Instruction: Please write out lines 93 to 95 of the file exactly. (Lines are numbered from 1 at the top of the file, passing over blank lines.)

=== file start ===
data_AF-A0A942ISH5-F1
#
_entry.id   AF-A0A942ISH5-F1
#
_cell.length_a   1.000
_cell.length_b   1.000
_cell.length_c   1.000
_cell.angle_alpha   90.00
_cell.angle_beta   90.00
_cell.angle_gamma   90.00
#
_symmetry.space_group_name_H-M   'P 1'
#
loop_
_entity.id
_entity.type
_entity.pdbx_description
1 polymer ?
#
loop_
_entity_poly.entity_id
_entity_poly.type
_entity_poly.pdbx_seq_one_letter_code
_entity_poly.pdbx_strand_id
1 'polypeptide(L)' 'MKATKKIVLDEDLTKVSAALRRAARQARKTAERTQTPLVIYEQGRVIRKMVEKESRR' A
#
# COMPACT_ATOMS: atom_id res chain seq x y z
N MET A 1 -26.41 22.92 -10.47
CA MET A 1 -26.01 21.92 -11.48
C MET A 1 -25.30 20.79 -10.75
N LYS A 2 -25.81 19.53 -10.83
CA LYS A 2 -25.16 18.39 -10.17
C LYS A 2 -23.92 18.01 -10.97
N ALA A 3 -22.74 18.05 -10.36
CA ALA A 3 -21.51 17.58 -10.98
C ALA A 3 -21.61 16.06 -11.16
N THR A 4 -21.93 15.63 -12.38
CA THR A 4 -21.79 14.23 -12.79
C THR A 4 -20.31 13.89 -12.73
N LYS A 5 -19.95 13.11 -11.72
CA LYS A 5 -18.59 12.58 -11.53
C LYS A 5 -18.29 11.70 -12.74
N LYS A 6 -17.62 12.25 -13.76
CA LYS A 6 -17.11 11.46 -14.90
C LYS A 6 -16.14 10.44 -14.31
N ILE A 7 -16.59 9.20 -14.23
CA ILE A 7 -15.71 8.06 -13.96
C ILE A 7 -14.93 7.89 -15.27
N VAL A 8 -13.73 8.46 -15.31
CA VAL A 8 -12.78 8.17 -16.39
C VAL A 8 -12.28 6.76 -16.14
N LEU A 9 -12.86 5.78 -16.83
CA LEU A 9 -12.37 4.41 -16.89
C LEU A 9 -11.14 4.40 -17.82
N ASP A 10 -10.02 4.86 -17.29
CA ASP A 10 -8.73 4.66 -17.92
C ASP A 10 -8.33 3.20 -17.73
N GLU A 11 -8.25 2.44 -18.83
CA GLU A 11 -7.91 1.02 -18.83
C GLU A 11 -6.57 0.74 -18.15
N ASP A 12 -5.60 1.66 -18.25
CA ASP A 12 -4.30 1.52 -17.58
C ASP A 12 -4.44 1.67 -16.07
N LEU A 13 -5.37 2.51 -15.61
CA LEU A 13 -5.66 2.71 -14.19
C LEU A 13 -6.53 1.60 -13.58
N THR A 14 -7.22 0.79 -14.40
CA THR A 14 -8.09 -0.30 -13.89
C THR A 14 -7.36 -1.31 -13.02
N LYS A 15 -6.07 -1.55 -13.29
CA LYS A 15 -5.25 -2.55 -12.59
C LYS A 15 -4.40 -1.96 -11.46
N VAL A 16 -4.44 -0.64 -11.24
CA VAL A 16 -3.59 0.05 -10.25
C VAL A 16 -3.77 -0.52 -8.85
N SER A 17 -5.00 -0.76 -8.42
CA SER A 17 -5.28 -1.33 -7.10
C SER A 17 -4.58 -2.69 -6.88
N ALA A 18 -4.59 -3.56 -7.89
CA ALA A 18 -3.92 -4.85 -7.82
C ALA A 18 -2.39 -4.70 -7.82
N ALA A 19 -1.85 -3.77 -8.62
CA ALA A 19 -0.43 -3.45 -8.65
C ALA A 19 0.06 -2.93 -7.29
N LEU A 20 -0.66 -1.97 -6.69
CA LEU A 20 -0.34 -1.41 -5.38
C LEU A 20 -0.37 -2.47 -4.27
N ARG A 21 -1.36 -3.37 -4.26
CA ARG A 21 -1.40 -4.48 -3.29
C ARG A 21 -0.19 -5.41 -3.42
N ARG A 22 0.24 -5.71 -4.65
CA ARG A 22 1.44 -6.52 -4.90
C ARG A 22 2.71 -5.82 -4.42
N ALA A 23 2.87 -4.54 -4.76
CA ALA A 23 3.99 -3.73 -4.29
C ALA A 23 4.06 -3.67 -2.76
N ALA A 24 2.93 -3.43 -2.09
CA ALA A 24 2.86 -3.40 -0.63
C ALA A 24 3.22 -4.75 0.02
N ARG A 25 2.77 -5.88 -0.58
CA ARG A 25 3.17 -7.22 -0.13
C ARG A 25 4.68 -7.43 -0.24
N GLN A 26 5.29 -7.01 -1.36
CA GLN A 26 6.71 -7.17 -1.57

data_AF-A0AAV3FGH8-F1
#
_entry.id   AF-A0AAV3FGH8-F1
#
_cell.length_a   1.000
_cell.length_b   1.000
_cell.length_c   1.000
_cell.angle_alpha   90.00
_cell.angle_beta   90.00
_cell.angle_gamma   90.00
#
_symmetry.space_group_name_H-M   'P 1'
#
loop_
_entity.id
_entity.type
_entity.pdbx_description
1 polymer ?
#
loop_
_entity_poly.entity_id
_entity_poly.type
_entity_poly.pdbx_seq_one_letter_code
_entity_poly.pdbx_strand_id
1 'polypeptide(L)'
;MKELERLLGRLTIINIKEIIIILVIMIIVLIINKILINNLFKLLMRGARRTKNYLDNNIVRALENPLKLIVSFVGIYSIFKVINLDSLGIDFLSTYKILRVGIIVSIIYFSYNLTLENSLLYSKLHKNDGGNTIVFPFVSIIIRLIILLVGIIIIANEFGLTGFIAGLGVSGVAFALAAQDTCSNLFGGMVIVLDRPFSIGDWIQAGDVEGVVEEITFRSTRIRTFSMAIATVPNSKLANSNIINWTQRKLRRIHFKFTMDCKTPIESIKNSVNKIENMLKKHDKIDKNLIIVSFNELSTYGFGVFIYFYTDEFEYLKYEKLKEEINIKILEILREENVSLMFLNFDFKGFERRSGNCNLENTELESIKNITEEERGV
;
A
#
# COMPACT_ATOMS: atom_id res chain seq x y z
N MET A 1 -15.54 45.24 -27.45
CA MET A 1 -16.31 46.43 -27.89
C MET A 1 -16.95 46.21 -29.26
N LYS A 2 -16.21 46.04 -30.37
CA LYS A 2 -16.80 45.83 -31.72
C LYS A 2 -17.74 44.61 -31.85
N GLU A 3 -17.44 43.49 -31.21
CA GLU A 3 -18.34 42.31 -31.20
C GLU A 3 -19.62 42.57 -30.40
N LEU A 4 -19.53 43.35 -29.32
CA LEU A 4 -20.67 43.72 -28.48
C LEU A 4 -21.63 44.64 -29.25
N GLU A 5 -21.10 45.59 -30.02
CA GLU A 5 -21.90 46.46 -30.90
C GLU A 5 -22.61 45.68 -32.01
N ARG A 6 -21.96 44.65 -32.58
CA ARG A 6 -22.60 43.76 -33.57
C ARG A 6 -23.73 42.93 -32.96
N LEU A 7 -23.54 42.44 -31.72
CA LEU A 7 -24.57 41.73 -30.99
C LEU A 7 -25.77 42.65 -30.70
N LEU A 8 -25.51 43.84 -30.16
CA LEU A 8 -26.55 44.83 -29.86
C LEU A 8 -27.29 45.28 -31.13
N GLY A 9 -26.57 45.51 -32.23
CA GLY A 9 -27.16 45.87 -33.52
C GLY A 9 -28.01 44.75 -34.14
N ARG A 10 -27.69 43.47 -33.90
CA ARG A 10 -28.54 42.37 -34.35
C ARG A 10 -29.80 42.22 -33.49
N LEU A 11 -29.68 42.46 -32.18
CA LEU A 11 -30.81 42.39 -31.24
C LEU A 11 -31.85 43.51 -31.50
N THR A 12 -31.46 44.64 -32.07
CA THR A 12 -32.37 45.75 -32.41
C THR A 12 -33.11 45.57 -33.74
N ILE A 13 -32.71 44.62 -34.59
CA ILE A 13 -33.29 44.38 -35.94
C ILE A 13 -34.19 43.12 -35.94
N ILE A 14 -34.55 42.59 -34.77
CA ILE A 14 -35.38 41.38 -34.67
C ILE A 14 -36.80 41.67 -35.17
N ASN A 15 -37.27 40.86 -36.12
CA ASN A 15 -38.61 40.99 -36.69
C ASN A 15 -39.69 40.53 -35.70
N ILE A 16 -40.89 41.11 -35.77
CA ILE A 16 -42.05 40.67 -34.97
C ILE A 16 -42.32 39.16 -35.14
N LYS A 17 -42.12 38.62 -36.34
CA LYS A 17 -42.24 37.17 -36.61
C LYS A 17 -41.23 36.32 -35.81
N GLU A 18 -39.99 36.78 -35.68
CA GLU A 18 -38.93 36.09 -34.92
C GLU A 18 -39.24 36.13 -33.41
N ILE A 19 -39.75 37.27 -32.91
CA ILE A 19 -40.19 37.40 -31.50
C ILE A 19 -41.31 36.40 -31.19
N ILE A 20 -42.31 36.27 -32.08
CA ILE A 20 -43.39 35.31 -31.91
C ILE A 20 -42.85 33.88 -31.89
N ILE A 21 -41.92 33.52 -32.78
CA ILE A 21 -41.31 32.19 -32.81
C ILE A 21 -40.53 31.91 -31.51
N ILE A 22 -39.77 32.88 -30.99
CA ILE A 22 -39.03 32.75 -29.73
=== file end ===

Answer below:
C ARG A 22 2.71 -5.82 -4.42
N ALA A 23 2.87 -4.54 -4.76
CA ALA A 23 3.99 -3.73 -4.29